Bouchard leading Canadian charge


Apparently, the heat wave that turned Melbourne's tennis courts into a sauna is still going strong in Melbourne.

At least it is for Ana Ivanovic, who was catching fire like Jennifer Lawrence. The Serb stunned Serena Williams in the fourth round of the Australian Open on Sunday, and though you likely didn't miss that match, here are five things that may have slipped past you on Day 7 Down Under.

1. The real deal

The curse of Patricia Hy-Boulais is now over. For the first time in 22 years, a Canadian woman has reached the quarterfinals of a Grand Slam. That honor belongs to Eugenie Bouchard, who beat the hometown favorite Casey Dellacqua 6-7 (5-7), 6-2, 6-0. Hy-Boulais, as you might recall, made the final eight of the 1992 US Open.

The 19-year-old Bouchard needed exactly 103 minutes to finally suppress Dellacqua. After a tight start to the match, Bouchard steamrolled the Aussie.

"Yeah, I felt the first set, it was a bit shaky," Bouchard told reporters after the match. "I feel like I still served well in the first. I made a few too many unforced errors, wasn't being aggressive enough. Then in the second and third, I really just, you know, stepped in more and really controlled the points. And that worked really well."

Indeed it did. Bouchard, who was ranked No. 144 at the beginning of last year, is one of the sport's up-and-coming stars. And for all the precocious players who have made guest appearances in the later stages of Slams, she, along with Sloane Stephens, look like the ones whose success is more than a hasty stopover. Stephens, 20, could join Bouchard in the quarterfinals with a win over Victoria Azarenka on Sunday night (U.S. time).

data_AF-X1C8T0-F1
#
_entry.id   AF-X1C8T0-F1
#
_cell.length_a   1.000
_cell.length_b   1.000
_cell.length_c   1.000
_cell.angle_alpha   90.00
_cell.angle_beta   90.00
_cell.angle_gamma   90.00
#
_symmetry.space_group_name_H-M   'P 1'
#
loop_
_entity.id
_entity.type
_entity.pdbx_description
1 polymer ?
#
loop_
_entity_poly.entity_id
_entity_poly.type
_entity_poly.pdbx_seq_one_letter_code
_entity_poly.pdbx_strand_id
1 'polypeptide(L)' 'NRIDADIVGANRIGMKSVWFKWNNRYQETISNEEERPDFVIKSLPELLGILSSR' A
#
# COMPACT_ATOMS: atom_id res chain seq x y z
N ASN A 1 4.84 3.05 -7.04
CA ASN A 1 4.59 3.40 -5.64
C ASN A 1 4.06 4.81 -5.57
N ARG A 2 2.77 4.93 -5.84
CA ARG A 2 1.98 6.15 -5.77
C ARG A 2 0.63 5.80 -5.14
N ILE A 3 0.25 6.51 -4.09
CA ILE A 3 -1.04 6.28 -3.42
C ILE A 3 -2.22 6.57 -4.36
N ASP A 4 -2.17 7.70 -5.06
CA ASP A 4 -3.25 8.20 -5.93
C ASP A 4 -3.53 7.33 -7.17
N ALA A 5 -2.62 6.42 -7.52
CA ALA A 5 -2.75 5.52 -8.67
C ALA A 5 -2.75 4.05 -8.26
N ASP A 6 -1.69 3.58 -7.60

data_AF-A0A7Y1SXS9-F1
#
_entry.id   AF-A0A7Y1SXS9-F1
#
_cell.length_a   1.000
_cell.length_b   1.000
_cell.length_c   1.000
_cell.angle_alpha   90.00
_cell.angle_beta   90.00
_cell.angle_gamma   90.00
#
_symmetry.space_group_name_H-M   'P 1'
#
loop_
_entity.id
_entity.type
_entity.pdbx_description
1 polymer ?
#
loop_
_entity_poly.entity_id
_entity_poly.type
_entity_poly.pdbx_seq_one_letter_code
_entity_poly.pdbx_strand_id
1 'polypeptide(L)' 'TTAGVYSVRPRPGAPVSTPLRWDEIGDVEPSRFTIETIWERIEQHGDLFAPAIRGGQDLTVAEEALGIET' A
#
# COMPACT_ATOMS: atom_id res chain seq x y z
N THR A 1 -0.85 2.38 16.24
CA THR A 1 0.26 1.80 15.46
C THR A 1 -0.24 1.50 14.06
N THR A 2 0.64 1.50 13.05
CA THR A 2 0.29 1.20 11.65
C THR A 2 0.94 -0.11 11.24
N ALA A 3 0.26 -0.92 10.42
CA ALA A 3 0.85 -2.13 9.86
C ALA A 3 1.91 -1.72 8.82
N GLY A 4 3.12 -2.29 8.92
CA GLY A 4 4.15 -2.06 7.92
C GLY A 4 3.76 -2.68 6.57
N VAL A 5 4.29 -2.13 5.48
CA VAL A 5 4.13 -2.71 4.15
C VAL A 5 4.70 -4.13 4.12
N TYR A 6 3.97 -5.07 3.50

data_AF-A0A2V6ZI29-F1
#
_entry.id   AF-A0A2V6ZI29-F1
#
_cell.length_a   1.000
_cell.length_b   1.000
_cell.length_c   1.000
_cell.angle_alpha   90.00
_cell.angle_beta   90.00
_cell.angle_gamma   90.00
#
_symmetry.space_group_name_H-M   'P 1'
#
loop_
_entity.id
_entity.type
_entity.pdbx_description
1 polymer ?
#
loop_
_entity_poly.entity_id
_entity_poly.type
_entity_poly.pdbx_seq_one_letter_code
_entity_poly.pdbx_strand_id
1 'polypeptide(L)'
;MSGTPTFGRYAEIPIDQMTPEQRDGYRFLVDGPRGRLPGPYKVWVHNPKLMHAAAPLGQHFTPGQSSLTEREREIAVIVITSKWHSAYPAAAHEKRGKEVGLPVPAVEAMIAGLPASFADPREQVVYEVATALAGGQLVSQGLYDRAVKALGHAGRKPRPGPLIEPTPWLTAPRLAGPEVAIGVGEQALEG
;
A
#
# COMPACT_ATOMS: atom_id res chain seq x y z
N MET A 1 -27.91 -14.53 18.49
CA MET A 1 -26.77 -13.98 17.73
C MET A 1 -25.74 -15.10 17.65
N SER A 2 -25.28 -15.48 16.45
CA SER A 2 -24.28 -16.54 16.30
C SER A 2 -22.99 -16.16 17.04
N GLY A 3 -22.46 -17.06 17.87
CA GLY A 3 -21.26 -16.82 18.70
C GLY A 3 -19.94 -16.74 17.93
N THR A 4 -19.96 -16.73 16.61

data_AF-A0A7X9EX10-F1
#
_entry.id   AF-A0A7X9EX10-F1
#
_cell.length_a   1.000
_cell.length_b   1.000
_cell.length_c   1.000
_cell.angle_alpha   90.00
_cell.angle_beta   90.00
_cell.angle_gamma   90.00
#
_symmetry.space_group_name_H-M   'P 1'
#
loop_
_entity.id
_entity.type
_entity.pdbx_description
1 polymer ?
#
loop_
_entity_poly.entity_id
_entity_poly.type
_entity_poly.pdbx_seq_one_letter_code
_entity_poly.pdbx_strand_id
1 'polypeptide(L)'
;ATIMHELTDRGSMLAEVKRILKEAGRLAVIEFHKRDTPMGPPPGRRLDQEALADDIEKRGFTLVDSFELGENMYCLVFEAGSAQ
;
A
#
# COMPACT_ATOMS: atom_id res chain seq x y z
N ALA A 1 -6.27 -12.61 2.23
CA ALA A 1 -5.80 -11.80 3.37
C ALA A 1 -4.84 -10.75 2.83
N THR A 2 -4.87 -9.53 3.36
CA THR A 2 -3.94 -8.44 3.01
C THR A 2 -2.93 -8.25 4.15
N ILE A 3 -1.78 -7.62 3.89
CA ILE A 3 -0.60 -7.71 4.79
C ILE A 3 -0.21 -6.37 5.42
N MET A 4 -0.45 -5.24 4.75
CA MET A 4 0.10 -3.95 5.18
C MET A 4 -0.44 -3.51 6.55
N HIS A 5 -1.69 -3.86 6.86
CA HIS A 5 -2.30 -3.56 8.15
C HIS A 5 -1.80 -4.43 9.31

The Canadian rising star is seven years younger than any of the three other quarterfinalists in her half of the draw. She could see her ranking climb to as high as No. 21 now that she's reached the quarterfinals.

Bouchard and Milos Raonic have sprung Canada into the tennis spotlight in the past few years. But Bouchard, with her long blond locks, engaging personality, killer smile and, not to be outdone, stout game, might soon resonate beyond the Canadian borders.

Bouchard is, after all, just three wins from a Grand Slam title. Is she surprised?

"I wouldn't say so, no," she said. "I always expect a lot from myself. Every match I go on the court believing I can win."

And next up for Bouchard is Ivanovic, who, outside the heat, made the biggest headlines of the tournament by knocking off the top-seeded Williams.

"I saw a little bit of the match, so [Ivanovic] was definitely playing really well," Bouchard said. "I'm going to look forward to a really tough battle. We're in the quarters now, so she deserves to be there. No one's going to give it to me, so it's going to be a good match."

2. Serbian tennis en fuego

Your head might be a little stuffy from watching Ivanovic single-handedly decimate everything we thought was going to happen in the women's draw. Thus we'll forgive you for missing her compatriot Novak Djokovic bury the fabulous  Fabio Fognini, 6-3, 6-0, 6-2.

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